Mark Buehrle is a funny pitcher to watch. Really he just seems like a young version of Jamie Moyer. Yet it seems like every time I look to see what he is up to he does something amazing. First the no-hitter in 2007, then the perfect game in 2009 and now this crazy defensive play to help him pitch seven innings of three-hit baseball to earn a 6-0 win over the Indians. Early on in the day I thought Colby Rasmus robbing Scott Rolen at the wall would be the play of the day and then Buerhle whipped the circus act. Sure the play had an element of luck to it, but I still think it is a very early contender for Play of the Year.

Carlos Zambrano is done. He was smoked by the Braves and after he was spotted a 3-0 lead in the top of the first he was barely able to escape the first inning. I was never that high on Zambrano. There was a time when he had good stuff and got good results. Still, I always thought his lack of command, both in terms of pitching and his emotions, would end him. It appears his lack of pitching command is the first thing to go. Also, Alfonso Soriano looked terrible too. Soriano has been downhill for a while now, but every at bat looks the same now. The pitcher just throws junk low and away and Soriano always hacks at it. If he hits the ball hard its only because the pitcher made a mistake.

That leads me to Jason Heyward. I managed to see him a couple of times during spring training and was impressed by his approach. It was a really nice moment to see him jack a three-run home run off of Zambrano in his first major league at bat with his parents in the stands. The kid can hit and I'm sure we'll see a lot more of him. His day was slightly overshadowed by Yunel Escobar's five-RBI day. This could be the breakout season for Escobar as the young Cuban has made positive strides each year of his career.

Tim Lincecum really is a freak and I love it. Watching him tool the Astros (I know it isn't that hard to tool the Astros especially without Berkman) was a thing of beauty. Unlike last year when he struggled through his first two starts, Lincecum was on point from the first pitch. I would like to see him keep it up because it would be fun to see him make a run at 300 strikeouts, something a righthander hasn't done since Curt Schilling in 2002.

Sunday, April 4, 2010

Game 1 in the Books

And I am sure the Yankees would like to forget a lot of game one. Well at least everything on the defensive side of the ball. While Sabathia was strong early on, he never really had great command and as he tired in the middle of the game he clearly lost his stuff.

Poor defensive plays by both Nick Swisher and Brett Gardner cost the Yankees and after Sabathia, no Yankee pitcher could throw the ball where he wanted to.

The one thing the Yankees will be able to take away from the game is their solid offensive output. Little consolation I know as their bats did what they were expected to do. The hitters will cover up a lot of pitching mistakes this year and they will win games by outslugging teams. That is pretty much a standard feature every season for New York. It was nice to see the bottom half of the lineup do a lot of damage. Robinson Cano, Brett Gardner and Curtis Granderson all came through with big hits early on. It was also nice to see Joe Girardi be aggressive on the basepaths with Gardner's steal of home.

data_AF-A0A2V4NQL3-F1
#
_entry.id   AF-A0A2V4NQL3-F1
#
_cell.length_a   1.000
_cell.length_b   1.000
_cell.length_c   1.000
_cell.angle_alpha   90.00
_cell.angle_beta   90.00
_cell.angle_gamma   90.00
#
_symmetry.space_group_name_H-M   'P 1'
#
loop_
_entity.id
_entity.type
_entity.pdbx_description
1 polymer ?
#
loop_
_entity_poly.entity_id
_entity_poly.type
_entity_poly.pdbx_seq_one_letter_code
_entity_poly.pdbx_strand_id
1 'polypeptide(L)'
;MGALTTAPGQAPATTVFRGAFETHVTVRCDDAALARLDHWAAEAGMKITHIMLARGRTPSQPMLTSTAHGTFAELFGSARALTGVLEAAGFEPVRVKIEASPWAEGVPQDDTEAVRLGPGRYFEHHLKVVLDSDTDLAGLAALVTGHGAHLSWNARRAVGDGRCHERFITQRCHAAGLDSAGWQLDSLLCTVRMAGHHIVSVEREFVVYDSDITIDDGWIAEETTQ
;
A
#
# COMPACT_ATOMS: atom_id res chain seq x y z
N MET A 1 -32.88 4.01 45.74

But back to the pitching for a moment. I am not worried about Sabathia and I will say I wouldn't be worried about Beckett either if I was a Sox fan. Sometimes a starter needs a couple of turns throwing the ball when it really matters to get his groove and both Beckett and Sabathia will be fine.

On the other hand you have just about everybody else who came out of the Yankee bullpen. Dave Robertson needed just one pitch to allow his inherited runner to score, Chan Ho Park was clearly in over his head from the first batter, Damaso Marte pitched around the one batter he was in to face and Joba Chamberlain pitched a lot like Joba during his last few starts of 2009.

Park was probably the most disappointing of the four relievers. You could see by his body language that he was not at all comfortable on the mound from the start. His pitches were not close and he had no business trying to sneak a fastball by Dustin Pedroia on the inside half of the plate. It was a stark contrast to his spring training performance.

The Red Sox lineup may not have big bats like in year's past, but one thing they still do extremely well is take pitches. They rarely get themselves out and Pedroia and Kevin Youkilis punished the Yankee bullpen for their inability to put them away.

In the end it is still only one game, though I am sure that New York and Boston media will thoroughly over-analyze the game and amazingly forget how little games in April and May meant in August and September. The airwaves will by overwhelmed with panic tomorrow and I'll just have to change the channel.

I do have one interesting question though: What's the over/under on Park being DFA'd or traded by July 1? I get the feeling the under is the safe bet. He has a real Latroy Hawkins feel to him.

Friday, April 2, 2010

Beckett and Sox Working on Extension

In spite of predictions to the contrary, the Red Sox and Josh Beckett are in talks for a possible extension of his present deal. The extension could keep Beckett in Boston through 2014. I like Beckett and keeping him in town through the remainder of his productive years wouldn't be a bad idea.

My only concern is Josh's injury history. While there have been no major problems, it seems like a hangnail can cause a missed start. As I've said before, he needs all the planets in alignment to be at his best. Some guys can gut it out through injuries and still pitch well. Josh isn't afraid to take the ball, but when he tries to pitch through pain, he gets knocked around.